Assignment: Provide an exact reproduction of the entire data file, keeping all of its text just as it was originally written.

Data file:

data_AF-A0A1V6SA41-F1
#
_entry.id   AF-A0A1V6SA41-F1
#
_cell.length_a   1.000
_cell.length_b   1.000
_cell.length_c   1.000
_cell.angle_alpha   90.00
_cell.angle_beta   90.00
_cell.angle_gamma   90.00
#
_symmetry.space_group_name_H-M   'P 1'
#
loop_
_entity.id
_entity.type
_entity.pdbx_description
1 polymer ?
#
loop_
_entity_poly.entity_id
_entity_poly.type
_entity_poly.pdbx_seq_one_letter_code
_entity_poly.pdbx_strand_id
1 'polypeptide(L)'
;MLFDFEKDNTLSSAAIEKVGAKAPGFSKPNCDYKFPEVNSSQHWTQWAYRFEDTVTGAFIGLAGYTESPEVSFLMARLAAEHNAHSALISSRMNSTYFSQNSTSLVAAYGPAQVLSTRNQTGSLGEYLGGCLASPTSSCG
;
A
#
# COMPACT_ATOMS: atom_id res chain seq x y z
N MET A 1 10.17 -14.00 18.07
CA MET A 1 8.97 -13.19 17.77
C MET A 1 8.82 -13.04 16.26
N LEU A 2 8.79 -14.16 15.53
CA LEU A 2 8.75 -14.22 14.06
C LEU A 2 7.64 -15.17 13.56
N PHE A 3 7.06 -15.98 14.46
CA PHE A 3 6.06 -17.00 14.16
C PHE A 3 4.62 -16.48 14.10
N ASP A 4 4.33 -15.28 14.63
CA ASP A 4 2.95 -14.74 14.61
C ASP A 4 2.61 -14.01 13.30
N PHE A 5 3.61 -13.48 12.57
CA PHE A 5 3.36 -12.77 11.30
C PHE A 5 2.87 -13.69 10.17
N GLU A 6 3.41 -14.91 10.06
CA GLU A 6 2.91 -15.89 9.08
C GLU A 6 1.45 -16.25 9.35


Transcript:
data_AF-A0A1V6SA41-F1
#
_entry.id   AF-A0A1V6SA41-F1
#
_cell.length_a   1.000
_cell.length_b   1.000
_cell.length_c   1.000
_cell.angle_alpha   90.00
_cell.angle_beta   90.00
_cell.angle_gamma   90.00
#
_symmetry.space_group_name_H-M   'P 1'
#
loop_
_entity.id
_entity.type
_entity.pdbx_description
1 polymer ?
#
loop_
_entity_poly.entity_id
_entity_poly.type
_entity_poly.pdbx_seq_one_letter_code
_entity_poly.pdbx_strand_id
1 'polypeptide(L)'
;MLFDFEKDNTLSSAAIEKVGAKAPGFSKPNCDYKFPEVNSSQHWTQWAYRFEDTVTGAFIGLAGYTESPEVSFLMARLAAEHNAHSALISSRMNSTYFSQNSTSLVAAYGPAQVLSTRNQTGSLGEYLGGCLASPTSSCG
;
A
#
# COMPACT_ATOMS: atom_id res chain seq x y z
N MET A 1 10.17 -14.00 18.07
CA MET A 1 8.97 -13.19 17.77
C MET A 1 8.82 -13.04 16.26
N LEU A 2 8.79 -14.16 15.53
CA LEU A 2 8.75 -14.22 14.06
C LEU A 2 7.64 -15.17 13.56
N PHE A 3 7.06 -15.98 14.46
CA PHE A 3 6.06 -17.00 14.16
C PHE A 3 4.62 -16.48 14.10
N ASP A 4 4.33 -15.28 14.63
CA ASP A 4 2.95 -14.74 14.61
C ASP A 4 2.61 -14.01 13.30
N PHE A 5 3.61 -13.48 12.57
CA PHE A 5 3.36 -12.77 11.30
C PHE A 5 2.87 -13.69 10.17
N GLU A 6 3.41 -14.91 10.06
CA GLU A 6 2.91 -15.89 9.08
C GLU A 6 1.45 -16.25 9.35